How To Cancel Mortgage Insurance
Private mortgage insurance might be one of the costs that you most hate to pay when you send in your mortgage payment each month. If you would like to learn more on how to cancel mortgage insurance, give the John Thomas team a call at 302-703-0727 or APPLY ONLINE
PMI stands for Private Mortgage Insurance and is a type of mortgage insurance that buyers are typically required to pay for on a Conventional Loan when they make a down payment that is less than 20% of the home’s purchase price. Mortgage Insurance on government backed loans is simply called MI for Mortgage insurance and is treated differently than PMI.
Mortgage insurances are measures put in place to protect lenders from buyers who default on their home loans to protect the lender for lending above 80% of the value of the home.
Fortunately, you don’t have to pay private mortgage insurance, or PMI, forever on a Conventional Loan.
While you can get rid of your PMI, you can’t get rid of recent FHA insurance.
Federal law provides rights to remove PMI for many mortgages under certain circumstances.
The Federal Homeowners Protection Act of 1998 (HPA) eliminates PMI in one of three ways:
1. Borrower-Requested Cancellation
2. Automatic Termination
3. Final Termination
Some lenders and servicers may also allow for the earlier removal of PMI under their own standards.
Here are 5 ways to get rid of (PMI) mortgage insurance
- Automatic PMI Termination
Eventually, your mortgage insurance will fall away automatically, but it’s a good idea to keep track.
In general, under the HPA, your lender must cancel mortgage insurance on your Conventional Loan backed by Fannie Mae or Freddie Mac when:
- You reach 22% equity in your home, based on the original property value and
- Your mortgage payments are current
With this option, all you need to do is sit back and relax.
- Borrower-Requested PMI Cancellation
You have the right to request that your servicer to cancel PMI on a Conventional Loan when you have reached the date when the principal balance of your mortgage is scheduled to fall to 80 percent of the original value of your home.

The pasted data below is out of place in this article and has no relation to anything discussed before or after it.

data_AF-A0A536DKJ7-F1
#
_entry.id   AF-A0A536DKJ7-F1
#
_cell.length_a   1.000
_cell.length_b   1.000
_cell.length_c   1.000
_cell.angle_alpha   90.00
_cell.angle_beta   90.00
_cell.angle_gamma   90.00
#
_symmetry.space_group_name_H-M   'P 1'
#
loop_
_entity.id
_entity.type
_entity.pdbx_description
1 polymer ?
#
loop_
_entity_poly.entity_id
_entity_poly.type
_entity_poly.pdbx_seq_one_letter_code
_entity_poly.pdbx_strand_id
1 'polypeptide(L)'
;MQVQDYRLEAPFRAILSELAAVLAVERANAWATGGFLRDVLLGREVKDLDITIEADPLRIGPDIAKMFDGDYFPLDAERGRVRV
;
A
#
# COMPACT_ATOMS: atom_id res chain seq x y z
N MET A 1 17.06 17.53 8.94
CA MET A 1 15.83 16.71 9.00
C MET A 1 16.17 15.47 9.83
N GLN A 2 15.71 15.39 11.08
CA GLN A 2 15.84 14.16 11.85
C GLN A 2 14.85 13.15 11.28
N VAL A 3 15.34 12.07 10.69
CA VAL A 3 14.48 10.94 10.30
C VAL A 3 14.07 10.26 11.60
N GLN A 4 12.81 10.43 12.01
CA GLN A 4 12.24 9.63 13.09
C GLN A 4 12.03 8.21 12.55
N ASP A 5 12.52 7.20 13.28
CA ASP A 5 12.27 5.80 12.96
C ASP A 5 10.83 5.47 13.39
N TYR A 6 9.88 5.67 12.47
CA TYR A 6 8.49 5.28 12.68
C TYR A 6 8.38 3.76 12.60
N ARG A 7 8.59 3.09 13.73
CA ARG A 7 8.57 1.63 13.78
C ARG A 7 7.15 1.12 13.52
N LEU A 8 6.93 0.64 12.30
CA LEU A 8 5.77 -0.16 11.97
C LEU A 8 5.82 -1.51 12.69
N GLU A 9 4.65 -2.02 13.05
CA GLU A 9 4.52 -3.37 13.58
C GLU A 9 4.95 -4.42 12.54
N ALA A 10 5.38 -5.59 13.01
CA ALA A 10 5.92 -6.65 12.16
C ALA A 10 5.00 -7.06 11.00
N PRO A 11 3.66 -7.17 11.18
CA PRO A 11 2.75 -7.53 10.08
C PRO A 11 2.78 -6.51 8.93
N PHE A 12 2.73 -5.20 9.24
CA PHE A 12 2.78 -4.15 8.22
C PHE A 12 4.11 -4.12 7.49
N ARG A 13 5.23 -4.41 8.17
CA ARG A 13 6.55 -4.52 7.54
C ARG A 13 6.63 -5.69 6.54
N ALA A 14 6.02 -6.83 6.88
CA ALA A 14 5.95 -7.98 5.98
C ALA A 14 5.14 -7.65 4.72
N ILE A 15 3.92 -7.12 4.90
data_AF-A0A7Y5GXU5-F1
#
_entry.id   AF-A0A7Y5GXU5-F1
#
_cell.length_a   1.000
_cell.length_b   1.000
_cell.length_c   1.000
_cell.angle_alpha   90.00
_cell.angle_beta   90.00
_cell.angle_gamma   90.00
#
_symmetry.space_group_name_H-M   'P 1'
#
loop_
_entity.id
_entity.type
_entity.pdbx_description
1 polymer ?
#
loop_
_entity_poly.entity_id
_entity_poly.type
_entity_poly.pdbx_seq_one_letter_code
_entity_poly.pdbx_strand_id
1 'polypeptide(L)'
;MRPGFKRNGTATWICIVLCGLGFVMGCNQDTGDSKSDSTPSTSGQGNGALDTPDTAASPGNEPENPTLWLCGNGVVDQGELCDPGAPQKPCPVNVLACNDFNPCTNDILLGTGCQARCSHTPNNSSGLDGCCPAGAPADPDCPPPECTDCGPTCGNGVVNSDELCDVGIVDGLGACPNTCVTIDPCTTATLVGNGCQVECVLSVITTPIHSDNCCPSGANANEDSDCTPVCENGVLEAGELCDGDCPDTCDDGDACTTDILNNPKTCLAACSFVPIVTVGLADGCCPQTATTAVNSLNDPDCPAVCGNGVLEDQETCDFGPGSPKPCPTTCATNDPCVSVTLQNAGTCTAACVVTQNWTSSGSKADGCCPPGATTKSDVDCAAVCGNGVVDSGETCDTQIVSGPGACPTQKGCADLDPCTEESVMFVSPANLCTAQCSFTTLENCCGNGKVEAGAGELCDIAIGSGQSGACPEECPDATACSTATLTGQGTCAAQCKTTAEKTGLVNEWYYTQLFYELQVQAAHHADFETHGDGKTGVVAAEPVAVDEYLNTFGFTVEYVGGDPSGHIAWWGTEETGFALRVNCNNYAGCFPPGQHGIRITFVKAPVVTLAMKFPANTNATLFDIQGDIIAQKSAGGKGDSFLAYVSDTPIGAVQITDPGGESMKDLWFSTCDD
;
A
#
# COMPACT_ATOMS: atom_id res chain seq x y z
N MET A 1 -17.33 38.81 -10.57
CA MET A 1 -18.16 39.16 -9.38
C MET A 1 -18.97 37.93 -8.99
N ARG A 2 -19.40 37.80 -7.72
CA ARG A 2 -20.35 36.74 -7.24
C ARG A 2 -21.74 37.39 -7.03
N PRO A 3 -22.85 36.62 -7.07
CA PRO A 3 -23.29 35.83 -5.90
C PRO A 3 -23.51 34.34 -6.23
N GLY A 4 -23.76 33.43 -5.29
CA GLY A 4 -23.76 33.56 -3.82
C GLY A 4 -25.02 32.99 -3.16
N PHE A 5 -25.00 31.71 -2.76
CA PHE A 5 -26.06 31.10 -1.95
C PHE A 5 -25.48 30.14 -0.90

According to the Consumer Financial Protection Bureau, you have to meet certain requirements to remove PMI:
- You must request PMI cancellation in writing.
- You have to be current on your payments and have a good payment history.
- You might have to prove that you don’t have any other liens on the home (for example, a home equity loan or home equity line of credit).
- You might have to get an appraisal to demonstrate that your loan balance isn’t more than 80 percent of the home’s current value.
- Final PMI Termination
There is one other way you can stop paying for Mortgage Insurance on a Conventional Loan.
If you are current on payments, your lender or servicer must end the PMI the month after you reach the midpoint of your loan’s amortization schedule. (This final termination applies even if you have not reached 78 percent of the original value of your home.)
The midpoint of your loan’s amortization schedule is halfway through the full term of your loan.
For 30-year loans, the midpoint would be after 15 years have passed.
- Get a new appraisal
Your eligibility to cancel mortgage insurance is also influenced by whether your home’s value has appreciated or depreciated over time.
If it increases, you can cancel PMI sooner than expected; if it decreases, you will wait longer than expected to cancel PMI. In order to request cancellation must have had the loan for minimum of 2 years.
*This scenario is not covered under the HPA, and lender/investor requirements may vary.
- Refinance to get rid of mortgage insurance
Refinancing is usually considered by buyers who are looking to reduce their interest rates or extend their loan terms so that their monthly payments are reduced.
Besides getting lower rates, refinancing might also let you get rid of mortgage insurance.
The logic behind this is that by replacing your current loan with a new one, your mortgage balance changes.
If the new balance falls below 80% of the value of your home, then your lender will be required to cancel your PMI.
You can also refinance our of a FHA loan or a USDA loan into a conventional loan with 80% equity or greater to get rid of the mortgage insurance.
Note: The rights in the Homeowners Protection Act apply to mortgages related to single-family principal residences that closed on or after July 29, 1999.
If you have a Federal Housing Administration (FHA) or USDA Loan, the HPA does not apply.
What About MI on FHA or USDA Loan?
Mortgage Insurance (MI) on a FHA Loan or a USDA Loan is treated differently and doesn’t fall under the HPA guidelines. Mortgage insurance on FHA loans with less than 10% down or USDA Loans have mortgage insurance on for the life of the loan and CANNOT be removed without refinancing into a conventional loan.
Mortgage insurance does go down every 12 payments on FHA and USDA as it is re-calculated. Conventional loans do not re-calculate the mortgage insurance.
If you put 10% or more down on a FHA loan the mortgage insurance will drop off after 11 years.